Change Through Inaction.
An easy—and often overlooked—method for changing ourselves and our community is inaction.
From childhood we are taught that hard work reaps the best rewards. We watch our parents work eight hours a day. We go to school where we are given gold stars for our efforts. We go to work where we are given raises for our performance. Our history, legends and popular media are full of stories of people who “made it” after toil and struggle. It’s no wonder that we don’t realize how strong inaction can be.
When we see something wrong in our world, or unwanted thoughts pop into our minds, we immediately feel we have to fight against them. But this may not be effective—because, as we also know, violence begets violence and energy feeds further energy. When we are angry and face off with another angry person, anger multiplies. If we feed the thoughts in our head, they eat and grow fatter by the minute. If we spend our money with unethical companies, such companies grow and multiply.
If however we withdraw participation, energy will withdraw and dissipate. You can’t argue with a person who refuses to argue back. Your thoughts won’t grow if you don’t give them attention. Companies that mistreat their employees, animals and the environment can’t thrive if we don’t support them.
Another reason this tactic is not used often is because we underestimate our own power. We figure that one person cannot go up against the beast and that is true. However, a refusal to participate by many sends a clear message that gets results.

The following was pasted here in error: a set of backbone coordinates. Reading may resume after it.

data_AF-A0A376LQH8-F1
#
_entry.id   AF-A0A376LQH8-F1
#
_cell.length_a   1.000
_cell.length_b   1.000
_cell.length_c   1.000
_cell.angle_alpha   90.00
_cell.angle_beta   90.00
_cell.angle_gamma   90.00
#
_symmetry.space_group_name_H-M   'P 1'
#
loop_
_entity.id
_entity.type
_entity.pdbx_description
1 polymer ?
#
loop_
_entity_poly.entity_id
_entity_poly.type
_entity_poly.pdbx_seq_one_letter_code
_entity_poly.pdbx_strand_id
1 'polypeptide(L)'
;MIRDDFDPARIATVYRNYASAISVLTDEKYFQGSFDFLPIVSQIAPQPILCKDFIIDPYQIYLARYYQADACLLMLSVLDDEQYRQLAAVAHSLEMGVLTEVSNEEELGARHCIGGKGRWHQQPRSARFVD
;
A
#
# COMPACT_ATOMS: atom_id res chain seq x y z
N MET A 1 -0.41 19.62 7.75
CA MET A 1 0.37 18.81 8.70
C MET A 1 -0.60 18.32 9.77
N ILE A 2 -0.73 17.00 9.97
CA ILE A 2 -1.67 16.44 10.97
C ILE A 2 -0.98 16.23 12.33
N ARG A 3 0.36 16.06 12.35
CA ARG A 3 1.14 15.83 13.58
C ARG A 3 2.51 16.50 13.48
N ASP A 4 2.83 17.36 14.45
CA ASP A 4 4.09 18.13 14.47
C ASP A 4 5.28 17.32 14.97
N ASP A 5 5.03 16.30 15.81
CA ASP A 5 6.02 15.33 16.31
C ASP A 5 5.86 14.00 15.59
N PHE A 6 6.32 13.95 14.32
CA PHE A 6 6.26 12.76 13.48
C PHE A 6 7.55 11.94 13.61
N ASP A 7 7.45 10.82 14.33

We see our thoughts as us, but that is not the case. The spiritual teacher Mooji uses the analogy of thoughts as trains. Just because the train pulls up to the station and opens its doors does not mean you have to get on. By actively choosing not to ride or participate, the doors close, the mind becomes quieter and the train and thoughts move on. Eventually the train schedule gets sparse and we don’t see that train anymore. New thoughts come, but through aware inactivity, they melt away.
Examples of Watch Men or Inactive Change Activities
- Not purchasing processed foods
- Not Buying Meat
- Not Going to BP
- Not Gossiping
- Not participating in Arguments
- Not supporting businesses that engage in unethical practices
- Only Working for companies that treat employees fairly
While there is a time for targeted action, inaction is usually the gentler method for change and can be just as effective. We become watchmen who see what is going on in the world and in our minds—but we refuse to participate. We gently and nonviolently root for change with an attitude of non-resistance. Our energy is only given to those thoughts, people, activities and organizations that are worthy. We take away our participation in those that are not.
Slowly, the things we want to see more of growm while those we don’t…fade away.
Shanna Small is a yoga teacher from Charlotte, North Carolina. Her love for yoga philosophy is expressed in her blog at wellnessfrominside.typepad.com